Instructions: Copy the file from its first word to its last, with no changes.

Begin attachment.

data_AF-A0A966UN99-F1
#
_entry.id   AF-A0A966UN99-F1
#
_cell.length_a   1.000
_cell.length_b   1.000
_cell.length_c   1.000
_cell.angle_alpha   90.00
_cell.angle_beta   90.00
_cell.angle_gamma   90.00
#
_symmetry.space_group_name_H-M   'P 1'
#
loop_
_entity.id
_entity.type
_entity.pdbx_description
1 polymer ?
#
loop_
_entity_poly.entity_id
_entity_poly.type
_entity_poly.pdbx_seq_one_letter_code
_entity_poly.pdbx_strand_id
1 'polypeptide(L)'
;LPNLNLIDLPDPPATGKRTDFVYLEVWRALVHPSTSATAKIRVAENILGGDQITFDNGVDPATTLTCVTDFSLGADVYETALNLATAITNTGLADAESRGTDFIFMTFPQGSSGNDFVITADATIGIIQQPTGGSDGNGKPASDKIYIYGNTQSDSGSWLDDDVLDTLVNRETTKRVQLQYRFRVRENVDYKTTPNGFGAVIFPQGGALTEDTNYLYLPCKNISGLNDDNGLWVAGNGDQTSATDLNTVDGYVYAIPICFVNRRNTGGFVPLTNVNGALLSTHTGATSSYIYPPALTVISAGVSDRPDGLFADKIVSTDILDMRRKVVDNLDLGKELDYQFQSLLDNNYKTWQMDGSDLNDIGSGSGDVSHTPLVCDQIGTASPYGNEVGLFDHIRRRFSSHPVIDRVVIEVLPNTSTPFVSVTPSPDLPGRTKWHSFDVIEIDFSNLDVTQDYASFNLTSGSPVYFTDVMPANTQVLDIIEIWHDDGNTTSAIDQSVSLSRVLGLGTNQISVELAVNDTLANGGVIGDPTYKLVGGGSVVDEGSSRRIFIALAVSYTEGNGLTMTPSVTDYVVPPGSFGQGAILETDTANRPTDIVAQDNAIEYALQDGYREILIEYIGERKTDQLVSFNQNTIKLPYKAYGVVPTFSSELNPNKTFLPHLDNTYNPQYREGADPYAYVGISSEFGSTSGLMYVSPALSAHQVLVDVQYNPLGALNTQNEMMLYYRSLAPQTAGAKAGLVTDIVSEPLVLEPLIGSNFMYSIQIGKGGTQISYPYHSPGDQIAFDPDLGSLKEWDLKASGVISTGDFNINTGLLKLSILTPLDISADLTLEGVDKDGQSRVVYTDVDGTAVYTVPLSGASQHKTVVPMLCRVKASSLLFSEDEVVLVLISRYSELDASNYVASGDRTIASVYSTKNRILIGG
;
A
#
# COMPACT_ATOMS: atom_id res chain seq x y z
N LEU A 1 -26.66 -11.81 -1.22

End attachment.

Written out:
data_AF-A0A966UN99-F1
#
_entry.id   AF-A0A966UN99-F1
#
_cell.length_a   1.000
_cell.length_b   1.000
_cell.length_c   1.000
_cell.angle_alpha   90.00
_cell.angle_beta   90.00
_cell.angle_gamma   90.00
#
_symmetry.space_group_name_H-M   'P 1'
#
loop_
_entity.id
_entity.type
_entity.pdbx_description
1 polymer ?
#
loop_
_entity_poly.entity_id
_entity_poly.type
_entity_poly.pdbx_seq_one_letter_code
_entity_poly.pdbx_strand_id
1 'polypeptide(L)'
;LPNLNLIDLPDPPATGKRTDFVYLEVWRALVHPSTSATAKIRVAENILGGDQITFDNGVDPATTLTCVTDFSLGADVYETALNLATAITNTGLADAESRGTDFIFMTFPQGSSGNDFVITADATIGIIQQPTGGSDGNGKPASDKIYIYGNTQSDSGSWLDDDVLDTLVNRETTKRVQLQYRFRVRENVDYKTTPNGFGAVIFPQGGALTEDTNYLYLPCKNISGLNDDNGLWVAGNGDQTSATDLNTVDGYVYAIPICFVNRRNTGGFVPLTNVNGALLSTHTGATSSYIYPPALTVISAGVSDRPDGLFADKIVSTDILDMRRKVVDNLDLGKELDYQFQSLLDNNYKTWQMDGSDLNDIGSGSGDVSHTPLVCDQIGTASPYGNEVGLFDHIRRRFSSHPVIDRVVIEVLPNTSTPFVSVTPSPDLPGRTKWHSFDVIEIDFSNLDVTQDYASFNLTSGSPVYFTDVMPANTQVLDIIEIWHDDGNTTSAIDQSVSLSRVLGLGTNQISVELAVNDTLANGGVIGDPTYKLVGGGSVVDEGSSRRIFIALAVSYTEGNGLTMTPSVTDYVVPPGSFGQGAILETDTANRPTDIVAQDNAIEYALQDGYREILIEYIGERKTDQLVSFNQNTIKLPYKAYGVVPTFSSELNPNKTFLPHLDNTYNPQYREGADPYAYVGISSEFGSTSGLMYVSPALSAHQVLVDVQYNPLGALNTQNEMMLYYRSLAPQTAGAKAGLVTDIVSEPLVLEPLIGSNFMYSIQIGKGGTQISYPYHSPGDQIAFDPDLGSLKEWDLKASGVISTGDFNINTGLLKLSILTPLDISADLTLEGVDKDGQSRVVYTDVDGTAVYTVPLSGASQHKTVVPMLCRVKASSLLFSEDEVVLVLISRYSELDASNYVASGDRTIASVYSTKNRILIGG
;
A
#
# COMPACT_ATOMS: atom_id res chain seq x y z
N LEU A 1 -26.66 -11.81 -1.22